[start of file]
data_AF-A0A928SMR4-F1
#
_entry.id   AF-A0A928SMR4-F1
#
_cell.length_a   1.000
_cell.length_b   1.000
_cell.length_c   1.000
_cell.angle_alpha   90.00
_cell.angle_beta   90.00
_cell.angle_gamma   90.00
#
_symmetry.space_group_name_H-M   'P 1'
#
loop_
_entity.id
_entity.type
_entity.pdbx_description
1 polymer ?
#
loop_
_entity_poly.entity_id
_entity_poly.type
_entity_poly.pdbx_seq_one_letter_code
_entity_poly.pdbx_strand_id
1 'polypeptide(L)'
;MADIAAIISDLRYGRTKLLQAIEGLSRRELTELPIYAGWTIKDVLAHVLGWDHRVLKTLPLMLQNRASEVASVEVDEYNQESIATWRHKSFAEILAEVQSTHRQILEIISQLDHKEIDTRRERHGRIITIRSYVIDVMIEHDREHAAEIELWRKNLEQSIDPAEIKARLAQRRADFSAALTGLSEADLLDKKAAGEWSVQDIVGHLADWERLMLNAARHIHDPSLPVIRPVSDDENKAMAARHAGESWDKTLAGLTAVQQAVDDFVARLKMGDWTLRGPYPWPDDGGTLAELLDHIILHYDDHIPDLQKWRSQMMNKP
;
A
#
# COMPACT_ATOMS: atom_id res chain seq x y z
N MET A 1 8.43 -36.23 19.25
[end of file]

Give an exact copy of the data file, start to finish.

data_AF-A0A928SMR4-F1
#
_entry.id   AF-A0A928SMR4-F1
#
_cell.length_a   1.000
_cell.length_b   1.000
_cell.length_c   1.000
_cell.angle_alpha   90.00
_cell.angle_beta   90.00
_cell.angle_gamma   90.00
#
_symmetry.space_group_name_H-M   'P 1'
#
loop_
_entity.id
_entity.type
_entity.pdbx_description
1 polymer ?
#
loop_
_entity_poly.entity_id
_entity_poly.type
_entity_poly.pdbx_seq_one_letter_code
_entity_poly.pdbx_strand_id
1 'polypeptide(L)'
;MADIAAIISDLRYGRTKLLQAIEGLSRRELTELPIYAGWTIKDVLAHVLGWDHRVLKTLPLMLQNRASEVASVEVDEYNQESIATWRHKSFAEILAEVQSTHRQILEIISQLDHKEIDTRRERHGRIITIRSYVIDVMIEHDREHAAEIELWRKNLEQSIDPAEIKARLAQRRADFSAALTGLSEADLLDKKAAGEWSVQDIVGHLADWERLMLNAARHIHDPSLPVIRPVSDDENKAMAARHAGESWDKTLAGLTAVQQAVDDFVARLKMGDWTLRGPYPWPDDGGTLAELLDHIILHYDDHIPDLQKWRSQMMNKP
;
A
#
# COMPACT_ATOMS: atom_id res chain seq x y z
N MET A 1 8.43 -36.23 19.25